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Titan - the next closest thing to Earth.

  1. Mar 4, 2009 #1
    Can Titan substain human life? Answer: no.
    The temperature on Titan is a freezing -179 degrees C, or 290 degrees F.
    But unlike other moons, Titan, in fact has known bodies of water on it. Which is amazing.
    But sadly, if you ever lived to stand on Titan, the pressure would literally bust your eardrums, and eventually kill you.
    The funny thing is, if you lit a match, or even the tiniest spark on Titan occured, the whole planet would erupt in flames.

    Funny huh?

  2. jcsd
  3. Mar 4, 2009 #2
    Those bodies of liquid are actually believed to be methane, not water....fyi.
  4. Mar 4, 2009 #3
    saturn.jpl.nasa.gov "Bodies of water".
  5. Mar 4, 2009 #4


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    Why do you think that?

    The methane?

    Do you think in the history of Titan there has never been a lightning bolt?

    Combustion requires three components: fuel, heat and oxygen. One of these is not present on Titan (hint: it's not heat either)
  6. Mar 4, 2009 #5


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    What is the point of this? To inform us of the conditions on Titan?

    http://en.wikipedia.org/wiki/Titan_(moon [Broken])
    Last edited by a moderator: May 4, 2017
  7. Mar 19, 2009 #6
    Europa is the only moon known to have water. Titan has an atmosphere which is pretty cool but still could not support human life. The only outside life in our solar system would be microorganisms like algae. But we havent found it yet.
  8. Mar 27, 2009 #7


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    I forgot where I read this but apparently, due to the low gravity (0.15 g) and high atmospheric pressure (1.5 atm) on Titan, a person could literally fly by flapping their arms, like swimming I guess.
  9. Mar 27, 2009 #8


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    A google of the site does not turn up that phrase - could you post the actual link where you got it and a fuller quote?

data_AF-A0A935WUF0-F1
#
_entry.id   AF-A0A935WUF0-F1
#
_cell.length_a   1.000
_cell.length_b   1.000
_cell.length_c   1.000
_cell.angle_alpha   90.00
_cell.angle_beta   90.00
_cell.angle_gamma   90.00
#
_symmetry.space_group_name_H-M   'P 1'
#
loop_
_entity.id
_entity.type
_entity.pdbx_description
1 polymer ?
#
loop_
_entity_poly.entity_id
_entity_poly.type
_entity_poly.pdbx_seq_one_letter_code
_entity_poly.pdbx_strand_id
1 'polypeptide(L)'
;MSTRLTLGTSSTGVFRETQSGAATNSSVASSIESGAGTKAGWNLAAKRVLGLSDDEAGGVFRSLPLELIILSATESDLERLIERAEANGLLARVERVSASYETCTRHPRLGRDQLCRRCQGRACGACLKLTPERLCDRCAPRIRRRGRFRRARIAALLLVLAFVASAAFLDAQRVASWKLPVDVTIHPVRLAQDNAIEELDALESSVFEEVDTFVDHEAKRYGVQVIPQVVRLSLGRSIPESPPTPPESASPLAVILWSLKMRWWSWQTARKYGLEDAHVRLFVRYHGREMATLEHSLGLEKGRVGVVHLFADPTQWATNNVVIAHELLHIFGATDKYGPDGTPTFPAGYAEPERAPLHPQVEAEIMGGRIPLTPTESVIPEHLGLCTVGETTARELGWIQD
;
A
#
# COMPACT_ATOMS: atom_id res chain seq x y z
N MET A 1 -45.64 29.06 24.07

10. Mar 27, 2009 #9
    While we're at it, I'm just wondering, what would be the closest thing to Earth in our solar system (other than Earth)?
  11. Mar 27, 2009 #10


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    Europa, maybe? Because of the liquid water.
  12. Mar 27, 2009 #11


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    :confused: I'm wondering how low gravity is consistent with high atmospheric pressure. :frown:
  13. Mar 28, 2009 #12


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    As Dave hinted, no oxygen, no inferno. Oxygen is almost surely biogenic. Any primordial oxygen would be rapidly consumed by chemical processes. Only biological organisms [eg, photosynthesizing plants] are capable of replenishing atmospheric oxygen. This is one of the signatures [ozone to be exact] exoplanetary scientists are looking for as evidence of extraterrestrial life.
  14. Mar 28, 2009 #13


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    Titan is the moon of a gas giant.
  15. Mar 29, 2009 #14


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    Different gasses; heavier gasses.
  16. Mar 30, 2009 #15


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    Low temperature means high molecular density.

    P ~ ρgh.

    Titan: A Moon with Atmosphere



    The Atmosphere of Titan

    Measurements of Titan's atmosphere - thickness.

    200 km from ESA data - http://www.esa.int/SPECIALS/Cassini-Huygens/SEMMF2HHZTD_0.html

    http://live.psu.edu/story/6330 [Broken]
    Chandra's observation revealed that the diameter of the X-ray shadow cast by Titan was larger than the diameter of its solid surface. The difference in diameters gives a measurement of about 550 miles (880 kilometers) for the height of the X-ray absorbing region of Titan's atmosphere. The extent of the upper atmosphere is consistent with, or slightly (10 to 15 percent) larger, than that implied by Voyager I observations made at radio, infrared and ultraviolet wavelengths in 1980.

    An X-ray measurement of Titan's atmospheric extent from its transit of the Crab Nebula

    1.5 atm (earth) is not extraordinarily high and divers on earth breath at much greater pressures. Of course, on Titan, just like underwater, one would have to breath oxygen or air from a container.

    I'm curious about the comment that Titan's atmosphere is 1.5 denser as opposed to Titan's atmospheric pressure is 1.5 times that of Earth, or 60% greater (1.6 times?). Since the gravity on Titan is about 0.15 of earth, then if the pressure is 1.5 times that of earth, I would think the density has to be more than 1.5 times that of earth (without accounting for differences in depth of the atmospheres).
    Last edited by a moderator: May 4, 2017
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